White Sox

Who's best in 3A? Peoria or Lanphier?

600388.png

Who's best in 3A? Peoria or Lanphier?

While Chicagoans are anxious to see a SimeonProviso East match-up for the Class 4A championship, downstaters are eager to see a Peoria CentralSpringfield Lanphier duel for the Class 3A title.

The two teams have history. Lanphier defeated Peoria Central 59-45 on Nov. 25 in the semifinals of the Decatur Turkey Tournament. On Feb. 17, Peoria Central defeated Lanphier 70-59.

Of course, they have to survive Friday's semifinals. Springfield Lanphier (28-3) meets North Chicago (24-6) and high scoring Aaron Simpson while Peoria Central (26-3) faces Hillcrest (26-5).

Lincoln coach Neil Alexander, who lost to Lanphier twice, said he doesn't think Lanphier can win the state title because it doesn't shoot well and lacks size. "But they are as quick as any team I've seen in a long time," he said.

Peoria Central has plenty of size and experience. In his eighth year, coach Dan Ruffin has five seniors who are seeking the fifth state title in school history, the first since Chuck Buescher's Shaun Livingston-led teams won in 2003 and 2004.

"We have a great combination of size and quickness," said Ruffin, whose team dispatched Rockford East 77-59 in Tuesday's supersectional. "Being a guy who went to school here (Peoria Central graduate of 1976) and played here and coached my whole career here, this is a continuation of what I did as a player--play hard, play fair and represent the school in the best fashion. We don't change things that work."

Ruffin has more size than Peoria Central has ever had with 6-foot-10 senior Kevin Jordan (13 ppg, 7 rpg), 6-foot-7 senior Trey Kellum (15 ppg, 8 rpg) and 6-foot-5 senior Aldonis Foote (10 ppg). But the Lions' floor leader is 5-foot-6 senior point guard Jerrell White (5 ppg, 6 assists). And they get outside shooting from 6-foot-4 senior Shamar Hill (12 ppg).

If that isn't enough muscle, Ruffin also can call on 6-foot-5, 275-pound football star Josh Augusta.

"With its size and athleticism, this team has the potential to be the best team we've ever had," Ruffin said. "But its basketball know-how and IQ isn't has high as some of our other teams. We've been playing pretty good.
What I need to see is a continuation of execution. Then we'll have a great chance of success."

Peoria Central has managed to negotiate a very difficult path to the state finals. After losing to archrival Peoria Manual in the final game of the regular season, Peoria Central defeated Peoria Richwoods 75-62 for the regional title, then edged highly rated Washington 56-53 in overtime for the sectional crown. Earlier, Washington had eliminated Peoria Manual in a four-overtime thriller.

Springfield Lanphier, which won its only state title in 1983 but has been forced to settle for second-place finishes in 1977, 1985 and 2002, has come a long way since coach Chuck Shanklin's first team went 11-13 four years ago. A Springfield Southeast graduate of 1986, Shanklin has proven to skeptics and critics that the Lanphier administration made the right choice.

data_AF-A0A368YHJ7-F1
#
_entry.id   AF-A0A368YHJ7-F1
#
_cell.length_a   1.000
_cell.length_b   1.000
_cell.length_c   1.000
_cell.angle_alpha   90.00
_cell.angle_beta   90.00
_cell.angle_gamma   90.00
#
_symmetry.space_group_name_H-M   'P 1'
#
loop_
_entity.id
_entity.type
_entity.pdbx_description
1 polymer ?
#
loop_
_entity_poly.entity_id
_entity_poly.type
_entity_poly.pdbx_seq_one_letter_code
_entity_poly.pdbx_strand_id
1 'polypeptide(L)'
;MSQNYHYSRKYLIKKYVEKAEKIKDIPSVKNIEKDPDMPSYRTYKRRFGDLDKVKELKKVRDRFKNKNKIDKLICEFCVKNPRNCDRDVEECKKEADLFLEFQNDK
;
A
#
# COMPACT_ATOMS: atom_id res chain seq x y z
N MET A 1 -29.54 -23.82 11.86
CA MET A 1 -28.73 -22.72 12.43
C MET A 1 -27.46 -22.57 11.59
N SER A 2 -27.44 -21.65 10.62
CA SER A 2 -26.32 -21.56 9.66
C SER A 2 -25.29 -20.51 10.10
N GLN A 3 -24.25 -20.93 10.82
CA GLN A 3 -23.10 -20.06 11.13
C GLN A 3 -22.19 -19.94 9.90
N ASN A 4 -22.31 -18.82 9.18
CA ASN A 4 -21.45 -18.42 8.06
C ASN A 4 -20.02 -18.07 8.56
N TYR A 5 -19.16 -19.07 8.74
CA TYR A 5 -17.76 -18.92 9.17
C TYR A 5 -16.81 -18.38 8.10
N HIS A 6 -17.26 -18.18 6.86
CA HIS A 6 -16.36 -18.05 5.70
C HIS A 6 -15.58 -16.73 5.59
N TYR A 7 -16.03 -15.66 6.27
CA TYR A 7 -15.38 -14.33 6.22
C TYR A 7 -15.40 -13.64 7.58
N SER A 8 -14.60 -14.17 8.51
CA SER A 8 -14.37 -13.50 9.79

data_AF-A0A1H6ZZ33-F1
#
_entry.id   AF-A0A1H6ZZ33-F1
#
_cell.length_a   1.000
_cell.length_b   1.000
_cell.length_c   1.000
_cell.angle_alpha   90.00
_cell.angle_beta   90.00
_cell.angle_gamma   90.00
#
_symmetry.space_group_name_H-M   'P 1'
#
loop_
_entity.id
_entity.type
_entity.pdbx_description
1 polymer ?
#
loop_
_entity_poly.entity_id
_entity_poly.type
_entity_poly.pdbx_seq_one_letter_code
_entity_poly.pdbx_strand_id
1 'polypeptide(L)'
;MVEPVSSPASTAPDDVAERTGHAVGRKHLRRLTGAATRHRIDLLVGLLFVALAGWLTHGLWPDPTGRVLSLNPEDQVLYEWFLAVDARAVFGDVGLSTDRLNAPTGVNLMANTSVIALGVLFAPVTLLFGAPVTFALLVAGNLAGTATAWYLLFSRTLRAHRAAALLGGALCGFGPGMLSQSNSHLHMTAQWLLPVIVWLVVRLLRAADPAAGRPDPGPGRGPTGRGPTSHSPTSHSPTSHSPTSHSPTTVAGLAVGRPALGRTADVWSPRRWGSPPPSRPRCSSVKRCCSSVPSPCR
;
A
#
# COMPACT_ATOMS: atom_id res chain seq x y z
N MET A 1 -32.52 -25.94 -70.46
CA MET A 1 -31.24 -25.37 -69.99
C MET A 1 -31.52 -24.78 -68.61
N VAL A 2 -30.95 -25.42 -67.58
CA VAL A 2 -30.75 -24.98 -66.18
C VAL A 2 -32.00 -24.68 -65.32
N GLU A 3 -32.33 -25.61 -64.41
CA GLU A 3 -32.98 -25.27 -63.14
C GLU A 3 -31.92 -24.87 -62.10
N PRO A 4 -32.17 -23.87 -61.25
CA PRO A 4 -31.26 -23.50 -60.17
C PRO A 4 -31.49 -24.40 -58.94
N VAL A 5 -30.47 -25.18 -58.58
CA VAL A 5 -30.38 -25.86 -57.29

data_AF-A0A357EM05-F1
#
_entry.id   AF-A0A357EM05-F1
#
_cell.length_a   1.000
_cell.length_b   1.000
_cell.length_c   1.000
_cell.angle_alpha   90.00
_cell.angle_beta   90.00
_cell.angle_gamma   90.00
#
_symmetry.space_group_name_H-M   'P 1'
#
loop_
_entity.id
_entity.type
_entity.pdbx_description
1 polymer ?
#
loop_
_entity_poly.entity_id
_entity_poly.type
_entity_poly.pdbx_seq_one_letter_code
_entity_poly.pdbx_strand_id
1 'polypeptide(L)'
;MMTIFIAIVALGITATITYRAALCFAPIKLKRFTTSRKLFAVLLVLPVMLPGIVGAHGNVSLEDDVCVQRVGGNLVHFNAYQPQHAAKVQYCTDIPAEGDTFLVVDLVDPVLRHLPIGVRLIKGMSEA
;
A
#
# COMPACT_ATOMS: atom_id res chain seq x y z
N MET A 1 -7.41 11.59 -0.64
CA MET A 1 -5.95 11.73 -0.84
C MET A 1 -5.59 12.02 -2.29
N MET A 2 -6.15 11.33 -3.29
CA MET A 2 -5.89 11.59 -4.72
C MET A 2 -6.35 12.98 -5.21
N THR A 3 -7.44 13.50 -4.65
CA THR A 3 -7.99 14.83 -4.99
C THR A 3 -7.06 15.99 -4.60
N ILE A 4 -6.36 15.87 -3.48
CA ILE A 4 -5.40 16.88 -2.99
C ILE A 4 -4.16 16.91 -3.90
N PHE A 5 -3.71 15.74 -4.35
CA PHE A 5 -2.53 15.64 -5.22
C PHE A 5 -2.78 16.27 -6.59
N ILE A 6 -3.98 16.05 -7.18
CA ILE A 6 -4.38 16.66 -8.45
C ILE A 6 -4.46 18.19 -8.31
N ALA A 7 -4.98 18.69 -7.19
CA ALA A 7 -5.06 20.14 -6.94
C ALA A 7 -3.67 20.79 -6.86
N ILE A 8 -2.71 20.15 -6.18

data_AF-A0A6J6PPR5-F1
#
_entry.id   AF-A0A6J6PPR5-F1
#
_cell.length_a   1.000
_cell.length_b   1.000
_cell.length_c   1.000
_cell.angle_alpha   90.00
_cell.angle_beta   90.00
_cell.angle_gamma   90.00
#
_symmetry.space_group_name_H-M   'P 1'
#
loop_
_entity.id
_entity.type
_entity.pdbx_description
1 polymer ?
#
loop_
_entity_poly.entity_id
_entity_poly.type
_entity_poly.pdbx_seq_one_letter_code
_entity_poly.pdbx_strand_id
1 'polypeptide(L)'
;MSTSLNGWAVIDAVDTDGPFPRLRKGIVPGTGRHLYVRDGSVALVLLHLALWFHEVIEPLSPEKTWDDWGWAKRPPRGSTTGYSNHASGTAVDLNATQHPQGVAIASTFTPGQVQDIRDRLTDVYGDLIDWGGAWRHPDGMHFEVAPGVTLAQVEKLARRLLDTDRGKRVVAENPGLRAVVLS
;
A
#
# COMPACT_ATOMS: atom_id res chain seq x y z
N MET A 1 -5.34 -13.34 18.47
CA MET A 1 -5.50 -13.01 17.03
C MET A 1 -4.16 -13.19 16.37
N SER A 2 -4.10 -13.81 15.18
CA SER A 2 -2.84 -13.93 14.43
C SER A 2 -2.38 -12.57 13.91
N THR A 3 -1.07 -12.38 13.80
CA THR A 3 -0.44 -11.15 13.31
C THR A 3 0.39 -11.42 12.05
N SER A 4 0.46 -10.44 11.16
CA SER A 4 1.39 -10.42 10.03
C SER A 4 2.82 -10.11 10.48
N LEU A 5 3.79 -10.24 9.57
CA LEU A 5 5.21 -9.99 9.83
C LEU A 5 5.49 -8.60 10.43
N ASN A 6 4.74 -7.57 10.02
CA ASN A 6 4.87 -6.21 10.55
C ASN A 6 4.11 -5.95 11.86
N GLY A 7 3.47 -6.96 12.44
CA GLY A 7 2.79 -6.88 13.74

"I was the heir apparent at Southeast but Tim Goers, Steve Goers' son, got the job. I was taken aback by the chance to get the job at Lanphier,"said Shanklin, who a year ago was fighting for his job. "How was it going to go over with the Lanphier community? I wasn't sure they would accept me, even though I was from Springfield. I thought there would be a backlash coming from Southeast.

"Sure, there has been some backlash but winning cures a lot of ills. Outside of Chicago, Lanphier is a mecca of basketball. You won't go to many gyms that have as much tradition. There is a certain brand of success that we have to uphold. We've talked about it since day one. We've been able to bring back some lustre.

"I knew I had to have one group of kids who believed in me and my mission. If I had a group like that, we could do something special. This is that group. This group understands. It has a high basketball IQ. We have played a lot of good teams that were bigger than us and we have been able to hold our own."

What is Lanphier's edge? Quickness. "Everybody talks about how quick and fast we are. And they talk about our defense and athleticism. I'm not concerned with our lack of size. Our quickness has overcome our lack of size. We also make up for it with heart and our relentless play on defense and on the glass. I'm not surprised we are having a good season. The surprise is how good of a season we are having."

Last year's 17-11 team that lost to Morton by two in the regional final suffered from personal problems and lack of cohesion. The Lions played in four championship games and won only one. By contrast, this year's team has learned to play against good teams in tough environments.

Lanphier is led by 6-foot-1 sophomore Larry Austin Jr. (11 ppg, 4 assists), a promising point guard prospect who already has scholarship offers from Illinois, DePaul, Bradley and Memphis; 6-foot-1 senior Everett Clemons (21 ppg, 6 rpg), an All-State selection who is the son of former Springfield Calvary star Rennie Clemons; 5-foot-8 senior guard T.J. Davis (11 ppg); 6-foot-7 sophomore Chris Wallace; and 6-foot-3 senior A.J. Powers. Top reserves are 5-foot-8 senior guard Jaylen Briggity (10 ppg) and 6-foot-4 senior Lance Boozer (6 rpg).